John Clark-While Maine has many wonderful places, Beth and I love Washington County where we’ll head soon for our annual stay at Cobscook Bay Cottages. While we won’t be able to visit Campobello this year, there are so many trails and ocean views, we never get bored.

Beth lives in a kayak while we’re at Cobscook Bay Cottages.


An archaeological dig at Reversing Falls


West Quoddy Light

Susan Vaughan: Here in the Mid-Coast, one of my favorite spots is the Beech Hill Preserve in Rockport. This is a nearly 300 acre conserved property that includes a hiking trail from wooded lower slopes through commercial blueberry fields, up to the bare top with views of Penobscot Bay and Chickawaukee Lake. At the summit is a sod-roofed Norwegian hut built in 1913 as a picnic house. On a few weekends in the summer, Beech Nut, as the hut is named, opens its doors to visitors. Otherwise, plaques outside share information. In season, a stand at the parking lot sells blueberries. My husband and I enjoy the hike and the view so much, we even went on New Year’s Day last year. Information and directions are on Maine Trail Finder here: https://www.mainetrailfinder.com/trails/trail/beech-hill-preserve .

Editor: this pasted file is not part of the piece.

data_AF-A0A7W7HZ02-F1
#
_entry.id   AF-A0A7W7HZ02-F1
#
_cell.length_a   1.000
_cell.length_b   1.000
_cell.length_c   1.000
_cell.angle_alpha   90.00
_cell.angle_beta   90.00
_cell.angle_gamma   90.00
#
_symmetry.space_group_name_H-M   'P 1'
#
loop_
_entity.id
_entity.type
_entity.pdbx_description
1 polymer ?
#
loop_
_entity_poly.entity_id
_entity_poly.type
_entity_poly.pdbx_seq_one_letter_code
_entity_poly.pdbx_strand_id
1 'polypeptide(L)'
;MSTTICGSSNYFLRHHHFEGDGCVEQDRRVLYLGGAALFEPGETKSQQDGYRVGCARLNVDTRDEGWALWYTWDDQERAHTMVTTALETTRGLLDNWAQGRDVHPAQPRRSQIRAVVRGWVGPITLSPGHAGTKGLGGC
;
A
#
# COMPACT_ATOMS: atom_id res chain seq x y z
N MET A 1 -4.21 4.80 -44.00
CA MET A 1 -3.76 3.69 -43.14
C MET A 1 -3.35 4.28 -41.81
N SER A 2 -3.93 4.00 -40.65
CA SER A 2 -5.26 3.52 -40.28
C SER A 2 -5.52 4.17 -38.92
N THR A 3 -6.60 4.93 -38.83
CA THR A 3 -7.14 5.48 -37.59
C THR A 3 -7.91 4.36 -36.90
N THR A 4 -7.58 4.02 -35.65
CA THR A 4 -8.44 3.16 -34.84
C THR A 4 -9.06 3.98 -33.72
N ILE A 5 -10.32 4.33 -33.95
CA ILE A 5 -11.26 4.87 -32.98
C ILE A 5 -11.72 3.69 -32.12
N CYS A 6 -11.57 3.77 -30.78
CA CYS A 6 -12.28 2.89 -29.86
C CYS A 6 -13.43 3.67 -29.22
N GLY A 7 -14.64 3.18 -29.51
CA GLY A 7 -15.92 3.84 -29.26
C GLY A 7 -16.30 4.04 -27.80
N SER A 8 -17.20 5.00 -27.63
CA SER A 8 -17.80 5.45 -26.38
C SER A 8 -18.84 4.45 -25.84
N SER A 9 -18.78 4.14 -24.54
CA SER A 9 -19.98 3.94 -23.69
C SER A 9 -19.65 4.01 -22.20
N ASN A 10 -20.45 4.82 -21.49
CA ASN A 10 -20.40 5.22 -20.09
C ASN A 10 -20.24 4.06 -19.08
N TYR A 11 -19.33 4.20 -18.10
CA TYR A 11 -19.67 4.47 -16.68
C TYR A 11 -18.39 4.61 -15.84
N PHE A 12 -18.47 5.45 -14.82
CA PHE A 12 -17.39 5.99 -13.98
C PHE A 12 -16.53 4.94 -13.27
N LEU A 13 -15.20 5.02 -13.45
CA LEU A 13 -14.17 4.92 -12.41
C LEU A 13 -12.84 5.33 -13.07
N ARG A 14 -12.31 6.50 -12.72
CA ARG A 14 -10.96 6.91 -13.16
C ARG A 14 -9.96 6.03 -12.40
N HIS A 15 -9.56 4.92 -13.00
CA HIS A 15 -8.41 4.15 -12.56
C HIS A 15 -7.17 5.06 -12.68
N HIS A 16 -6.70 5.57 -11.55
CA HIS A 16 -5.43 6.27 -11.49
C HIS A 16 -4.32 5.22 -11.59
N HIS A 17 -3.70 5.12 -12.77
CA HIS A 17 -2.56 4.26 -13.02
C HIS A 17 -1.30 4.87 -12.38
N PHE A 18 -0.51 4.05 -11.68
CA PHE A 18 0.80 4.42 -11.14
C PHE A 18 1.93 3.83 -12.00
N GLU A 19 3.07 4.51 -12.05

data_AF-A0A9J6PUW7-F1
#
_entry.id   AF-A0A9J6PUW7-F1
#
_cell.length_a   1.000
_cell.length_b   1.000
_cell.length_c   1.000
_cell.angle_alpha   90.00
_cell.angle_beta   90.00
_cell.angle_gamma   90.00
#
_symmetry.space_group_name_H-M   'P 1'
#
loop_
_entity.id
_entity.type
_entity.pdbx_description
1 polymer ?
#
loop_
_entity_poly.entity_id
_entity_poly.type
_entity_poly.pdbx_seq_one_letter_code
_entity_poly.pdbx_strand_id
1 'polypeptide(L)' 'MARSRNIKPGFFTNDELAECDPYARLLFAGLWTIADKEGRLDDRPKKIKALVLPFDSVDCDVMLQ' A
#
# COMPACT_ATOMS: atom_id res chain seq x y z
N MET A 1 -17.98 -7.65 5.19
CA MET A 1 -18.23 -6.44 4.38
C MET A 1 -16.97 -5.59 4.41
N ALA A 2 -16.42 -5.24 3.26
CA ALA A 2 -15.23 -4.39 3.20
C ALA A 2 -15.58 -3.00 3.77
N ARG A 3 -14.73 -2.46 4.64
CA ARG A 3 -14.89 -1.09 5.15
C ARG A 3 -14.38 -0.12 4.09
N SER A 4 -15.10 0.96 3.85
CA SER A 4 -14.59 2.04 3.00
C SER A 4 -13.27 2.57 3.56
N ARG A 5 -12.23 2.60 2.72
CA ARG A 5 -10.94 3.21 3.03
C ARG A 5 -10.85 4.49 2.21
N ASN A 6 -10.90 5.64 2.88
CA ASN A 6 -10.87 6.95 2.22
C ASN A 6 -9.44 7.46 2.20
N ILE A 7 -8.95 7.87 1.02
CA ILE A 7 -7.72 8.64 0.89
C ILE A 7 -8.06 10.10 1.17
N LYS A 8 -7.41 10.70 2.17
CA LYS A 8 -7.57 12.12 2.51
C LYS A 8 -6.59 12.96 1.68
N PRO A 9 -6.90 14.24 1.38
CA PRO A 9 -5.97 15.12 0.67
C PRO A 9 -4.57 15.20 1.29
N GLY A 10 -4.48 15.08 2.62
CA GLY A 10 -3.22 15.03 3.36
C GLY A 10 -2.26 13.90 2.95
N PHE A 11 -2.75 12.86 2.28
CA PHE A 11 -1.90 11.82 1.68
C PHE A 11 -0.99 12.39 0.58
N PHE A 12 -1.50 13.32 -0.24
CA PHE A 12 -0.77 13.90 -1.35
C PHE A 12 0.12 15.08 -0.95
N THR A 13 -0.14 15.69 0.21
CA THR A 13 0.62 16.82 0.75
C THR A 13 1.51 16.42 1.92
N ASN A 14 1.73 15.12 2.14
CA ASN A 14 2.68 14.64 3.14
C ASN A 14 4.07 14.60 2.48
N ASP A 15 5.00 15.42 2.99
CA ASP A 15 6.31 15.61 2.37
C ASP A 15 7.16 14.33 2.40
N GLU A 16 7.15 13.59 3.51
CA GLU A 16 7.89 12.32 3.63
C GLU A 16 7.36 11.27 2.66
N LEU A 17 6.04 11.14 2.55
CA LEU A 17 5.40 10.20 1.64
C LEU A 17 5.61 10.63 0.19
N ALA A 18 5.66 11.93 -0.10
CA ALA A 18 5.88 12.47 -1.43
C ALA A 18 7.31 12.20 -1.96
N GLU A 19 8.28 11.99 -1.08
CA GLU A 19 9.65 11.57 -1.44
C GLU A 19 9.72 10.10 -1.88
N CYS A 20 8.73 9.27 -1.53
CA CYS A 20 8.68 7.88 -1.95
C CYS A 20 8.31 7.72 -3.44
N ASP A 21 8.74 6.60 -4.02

Sandra Neily. I love the Penobscot River. I just spent a week there swatting bugs, tying on flies to attract salmon who weren’t interested, and reading. There are many access point to it. Some are views from the road or picnic areas and further north there’s an easement on much of the wilder parts of the West Branch of the Penobscot River, all the way up to its North and South Branches. (The link has a great map with campsites.) Much of the East Branch is also conserved as it runs through Katahdin Woods and Waters National Monument.

Barren Mt trail

And I’ll reprint this info .When other parks are crowded, much of Maine’s Public Lands are not.

Some of Maine’s most outstanding natural features and secluded locations are found on Maine’s Public Lands. The more than half million acres are managed for a variety of resource values including recreation, wildlife, and timber. See this GREAT Public Lands Video,“ The Untold Secret.” https://www.youtube.com/watch?time_continue=3&v=_otWtJlT_r0&feature=emb_logo